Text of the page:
Researchers from the University of Wisconsin recently discovered another reason it’s so tough to ditch the cancer sticks: When you first stop smoking, you may have a tough time finding pleasure in things you usually enjoy.
In the study, smokers trying to quit reported feeling reduced pleasure—a phenomenon called anhedonia—during their first cigarette-free week. That’s probably because they were suddenly deprived of nicotine, the cigarette chemical that amplifies good feelings, says study author Jessica Cook, Ph.D.
“Nicotine basically stimulates the brain’s pleasure centers, which we believe make other non-drug events more rewarding,” she says. If you’re used to taking a drag during enjoyable activities, then the chemical’s effect may be even more powerful.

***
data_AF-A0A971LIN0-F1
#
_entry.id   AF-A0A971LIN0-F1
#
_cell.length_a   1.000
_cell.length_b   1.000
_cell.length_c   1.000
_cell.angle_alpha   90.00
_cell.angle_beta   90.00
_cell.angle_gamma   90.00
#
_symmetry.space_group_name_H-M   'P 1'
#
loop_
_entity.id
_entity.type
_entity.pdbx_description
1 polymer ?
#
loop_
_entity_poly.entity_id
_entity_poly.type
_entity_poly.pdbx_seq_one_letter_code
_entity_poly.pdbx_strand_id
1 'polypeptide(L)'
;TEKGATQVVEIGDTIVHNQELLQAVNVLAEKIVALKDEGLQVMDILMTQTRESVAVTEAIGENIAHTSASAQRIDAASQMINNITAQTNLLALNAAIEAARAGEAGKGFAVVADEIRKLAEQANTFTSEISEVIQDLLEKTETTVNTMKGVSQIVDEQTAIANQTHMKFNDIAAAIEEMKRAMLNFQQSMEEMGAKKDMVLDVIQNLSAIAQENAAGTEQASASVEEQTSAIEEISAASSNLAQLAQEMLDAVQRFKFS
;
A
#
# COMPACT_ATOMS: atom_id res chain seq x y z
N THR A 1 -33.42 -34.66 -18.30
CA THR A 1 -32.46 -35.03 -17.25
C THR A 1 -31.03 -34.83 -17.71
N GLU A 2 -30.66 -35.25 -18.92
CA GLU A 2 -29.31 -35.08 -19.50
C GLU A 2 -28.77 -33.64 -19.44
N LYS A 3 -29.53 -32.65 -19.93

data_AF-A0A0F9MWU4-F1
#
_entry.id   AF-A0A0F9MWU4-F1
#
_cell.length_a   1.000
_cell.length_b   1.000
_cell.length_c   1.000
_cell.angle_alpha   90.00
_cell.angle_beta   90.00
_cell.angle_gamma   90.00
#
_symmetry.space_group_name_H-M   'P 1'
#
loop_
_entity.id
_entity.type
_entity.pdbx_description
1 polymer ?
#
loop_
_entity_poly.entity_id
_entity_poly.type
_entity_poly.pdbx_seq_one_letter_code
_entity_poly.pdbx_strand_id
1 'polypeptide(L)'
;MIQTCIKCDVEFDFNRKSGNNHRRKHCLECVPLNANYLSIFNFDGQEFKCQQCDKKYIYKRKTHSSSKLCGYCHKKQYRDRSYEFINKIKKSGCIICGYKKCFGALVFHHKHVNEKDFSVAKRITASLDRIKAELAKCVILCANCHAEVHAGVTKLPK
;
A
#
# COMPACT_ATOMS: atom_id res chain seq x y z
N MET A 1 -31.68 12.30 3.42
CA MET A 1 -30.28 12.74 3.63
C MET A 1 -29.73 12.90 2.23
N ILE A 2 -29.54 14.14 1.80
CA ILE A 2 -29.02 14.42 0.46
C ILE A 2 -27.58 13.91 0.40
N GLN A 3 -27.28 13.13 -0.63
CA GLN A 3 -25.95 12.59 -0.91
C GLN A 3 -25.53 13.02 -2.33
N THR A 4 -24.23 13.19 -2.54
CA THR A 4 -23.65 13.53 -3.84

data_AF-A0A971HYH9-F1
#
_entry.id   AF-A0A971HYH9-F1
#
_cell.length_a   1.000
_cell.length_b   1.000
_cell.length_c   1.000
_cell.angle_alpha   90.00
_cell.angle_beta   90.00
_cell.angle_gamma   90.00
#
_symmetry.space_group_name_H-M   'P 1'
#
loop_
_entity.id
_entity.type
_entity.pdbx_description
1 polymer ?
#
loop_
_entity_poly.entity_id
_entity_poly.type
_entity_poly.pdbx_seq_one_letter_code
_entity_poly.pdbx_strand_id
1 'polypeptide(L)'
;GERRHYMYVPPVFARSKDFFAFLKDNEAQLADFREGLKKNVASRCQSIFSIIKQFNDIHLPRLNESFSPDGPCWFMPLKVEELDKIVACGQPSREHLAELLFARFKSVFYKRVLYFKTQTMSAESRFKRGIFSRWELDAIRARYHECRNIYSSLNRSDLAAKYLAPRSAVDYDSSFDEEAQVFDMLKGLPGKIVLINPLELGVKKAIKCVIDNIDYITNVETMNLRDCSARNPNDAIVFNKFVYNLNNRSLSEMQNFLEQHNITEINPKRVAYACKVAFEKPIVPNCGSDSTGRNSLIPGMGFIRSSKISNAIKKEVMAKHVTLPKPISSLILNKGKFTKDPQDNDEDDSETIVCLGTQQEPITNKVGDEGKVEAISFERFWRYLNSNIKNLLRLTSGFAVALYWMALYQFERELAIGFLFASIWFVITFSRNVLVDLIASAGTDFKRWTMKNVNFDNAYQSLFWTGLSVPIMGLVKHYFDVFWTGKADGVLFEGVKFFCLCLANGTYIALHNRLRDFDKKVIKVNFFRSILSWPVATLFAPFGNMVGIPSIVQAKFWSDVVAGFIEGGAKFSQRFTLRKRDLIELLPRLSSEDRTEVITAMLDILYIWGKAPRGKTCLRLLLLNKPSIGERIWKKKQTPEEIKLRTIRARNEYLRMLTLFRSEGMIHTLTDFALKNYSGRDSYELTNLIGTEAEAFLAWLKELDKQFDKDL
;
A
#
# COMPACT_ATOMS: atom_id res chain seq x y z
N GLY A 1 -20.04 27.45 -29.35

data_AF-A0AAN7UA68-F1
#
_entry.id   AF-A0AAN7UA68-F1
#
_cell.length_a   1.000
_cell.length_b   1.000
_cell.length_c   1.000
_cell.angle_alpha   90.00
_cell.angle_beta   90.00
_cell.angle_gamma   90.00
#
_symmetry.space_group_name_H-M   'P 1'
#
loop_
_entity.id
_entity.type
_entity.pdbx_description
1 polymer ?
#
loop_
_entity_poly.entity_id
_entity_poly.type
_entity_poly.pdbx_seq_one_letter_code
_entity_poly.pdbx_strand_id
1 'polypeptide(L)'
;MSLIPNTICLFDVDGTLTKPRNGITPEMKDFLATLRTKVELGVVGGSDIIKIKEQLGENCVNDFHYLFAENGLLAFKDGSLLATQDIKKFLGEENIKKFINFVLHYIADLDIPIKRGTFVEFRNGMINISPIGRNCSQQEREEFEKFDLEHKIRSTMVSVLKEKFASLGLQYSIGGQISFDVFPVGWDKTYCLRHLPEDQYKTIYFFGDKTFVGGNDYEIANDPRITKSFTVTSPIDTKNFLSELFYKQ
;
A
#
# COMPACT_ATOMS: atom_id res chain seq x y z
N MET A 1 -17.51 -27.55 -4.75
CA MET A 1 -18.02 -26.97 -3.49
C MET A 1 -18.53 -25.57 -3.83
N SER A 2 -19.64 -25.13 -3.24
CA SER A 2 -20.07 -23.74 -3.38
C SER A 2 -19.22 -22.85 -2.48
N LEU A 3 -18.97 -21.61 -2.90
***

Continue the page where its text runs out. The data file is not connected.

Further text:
The good news: Anhedonia from smoking cessation is only temporary, and nicotine replacement can help buffer it. “We found that the inability to experience pleasure during rewarding events goes to normal in about a week after quitting,” says Cook. “So nicotine replacement is really important in that it might help people get through that first week.”
Talk to your doctor to find what form of nicotine replacement is best for you. Research suggests that some people benefit from combination of a nicotine patch and a nicotine gum or lozenge, Cook says. The patch provides a steady stream of nicotine, while the gum or lozenge provides a larger dose to curb the toughest cravings.
By Julie Stewart